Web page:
It was a summer of books and tomatoes.
Books first. (Does this reflect my priorities?)
By far the best and most encouraging book of the season was The Lighted Heart by Elizabeth Yates. I have always enjoyed her books, and can appreciate them more than ever, now that I know some of her life story. Early in their marriage, her husband found that, after suffering weak eyes for many years, he would soon become blind. Wanting to make the most of the last remaining sighted months, Elizabeth and Bill moved to a secluded New England farm. During that first year, they made many special memories together as they restored the old farmhouse, cleared the land, planted a garden, and tapped their maple trees. When Bill did eventually lose his sight, they found new challenges ahead, but never lost the joy of living.
In telling her story, Ms. Yates did not gloss over the fact that life is filled with trials, and perhaps this is why I found the book so compelling. The troubles were not seen as roadblocks, but rather as opportunities. One thing I have always admired in Elizabeth Yates’ writing is her ability to describe her characters’ world so that it seems as real in my mind as it must have been in her own. Knowing that her husband was blind gives me insight into how she perfected this skill.
Do Butlers Burgle Banks? Of course they do…at least in this title by P.G. Wodehouse. Sadly, the promising storyline falls flat. No zip, no verve…no hilarious conversations—all things I have come to expect of this author. Perhaps he was at his best when writing about the characters he knew best. Very Good, Jeeves! bears this out. It is almost hard to believe that it was written by the same author.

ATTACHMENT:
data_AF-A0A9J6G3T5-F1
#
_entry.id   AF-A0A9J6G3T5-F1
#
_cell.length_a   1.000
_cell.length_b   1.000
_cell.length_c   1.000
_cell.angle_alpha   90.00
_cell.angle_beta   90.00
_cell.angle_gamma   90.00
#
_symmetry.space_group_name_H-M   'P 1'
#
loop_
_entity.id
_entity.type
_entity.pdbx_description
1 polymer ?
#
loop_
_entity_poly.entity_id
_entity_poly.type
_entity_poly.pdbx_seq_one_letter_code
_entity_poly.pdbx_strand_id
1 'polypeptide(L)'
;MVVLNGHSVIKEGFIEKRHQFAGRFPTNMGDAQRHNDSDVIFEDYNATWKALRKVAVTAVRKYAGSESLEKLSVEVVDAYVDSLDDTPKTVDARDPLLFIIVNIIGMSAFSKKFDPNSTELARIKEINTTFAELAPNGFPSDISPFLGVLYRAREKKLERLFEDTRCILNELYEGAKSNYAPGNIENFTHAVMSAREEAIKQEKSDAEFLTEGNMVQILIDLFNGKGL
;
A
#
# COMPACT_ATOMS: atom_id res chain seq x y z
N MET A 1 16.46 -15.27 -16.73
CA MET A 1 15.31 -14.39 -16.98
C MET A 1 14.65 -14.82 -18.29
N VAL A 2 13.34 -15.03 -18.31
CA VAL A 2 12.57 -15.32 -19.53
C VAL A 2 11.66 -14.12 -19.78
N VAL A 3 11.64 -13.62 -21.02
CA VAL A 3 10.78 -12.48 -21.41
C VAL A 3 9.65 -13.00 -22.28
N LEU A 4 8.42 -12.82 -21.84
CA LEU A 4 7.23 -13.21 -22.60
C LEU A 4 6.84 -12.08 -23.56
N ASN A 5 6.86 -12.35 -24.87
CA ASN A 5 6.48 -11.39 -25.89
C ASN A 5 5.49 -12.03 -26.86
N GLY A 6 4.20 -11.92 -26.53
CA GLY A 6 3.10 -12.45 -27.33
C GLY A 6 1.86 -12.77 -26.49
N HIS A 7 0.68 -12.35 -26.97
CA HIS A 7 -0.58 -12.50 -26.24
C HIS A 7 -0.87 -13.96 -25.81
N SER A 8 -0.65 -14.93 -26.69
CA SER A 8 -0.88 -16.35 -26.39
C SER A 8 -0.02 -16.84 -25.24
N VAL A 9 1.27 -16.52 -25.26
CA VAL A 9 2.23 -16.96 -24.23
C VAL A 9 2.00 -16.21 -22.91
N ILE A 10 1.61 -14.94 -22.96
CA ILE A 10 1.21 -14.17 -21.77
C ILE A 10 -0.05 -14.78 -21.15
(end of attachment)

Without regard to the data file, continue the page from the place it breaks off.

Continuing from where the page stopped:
I don’t always read normal books. Sometimes a good picture book is a refreshing alternative. Like the The Little Mouse, the Red Ripe Strawberry and the Big Hungry Bear by Don Wood Since my little sister received it as a baby, it has become one of our most favorite read-aloud books. Bright pictures, a cute storyline, and few words (always a plus!) make it a quite fun to read, especially with one or two small children in your lap.
A new find in children’s books this year was Wait til the Moon is Full by Margaret Wise Brown. It is a good example of the use of repetition.
I love the art of N.C. Wyeth. So of course I was excited to see The Collected Paintings, Illustrations and Murals in a stack of books my dad brought home from the library. Like Norman Rockwell, Wyeth’s paintings always tell a story.
And then there was The Magic of M.C. Escher. If you haven’t seen his prints, look some up. They will amaze you. He was big into optical illusion and the mathematical side of art.
If I do a book by book description, this will become the long instead of short summary. So I’ll move on to the tomatoes. And other vegetables. You can’t make salsa without ‘em. A joint effort on the part of my family to preserve summer’s bounty for a later date concluded with the sight of cabinets filled with jars of salsa, spaghetti sauce, peach jam, apple butter and other tasty things. As you can see by the picture, I don’t always have my nose in a book!
And so concludes the short summary of a short summer. The family school is back into session, and I’m helping by teaching history, writing, vocabulary, music and logic. I will attempt the occasional blog post… but until I figure out a better “schedule” (horrors!), my posting may be quite sporadic.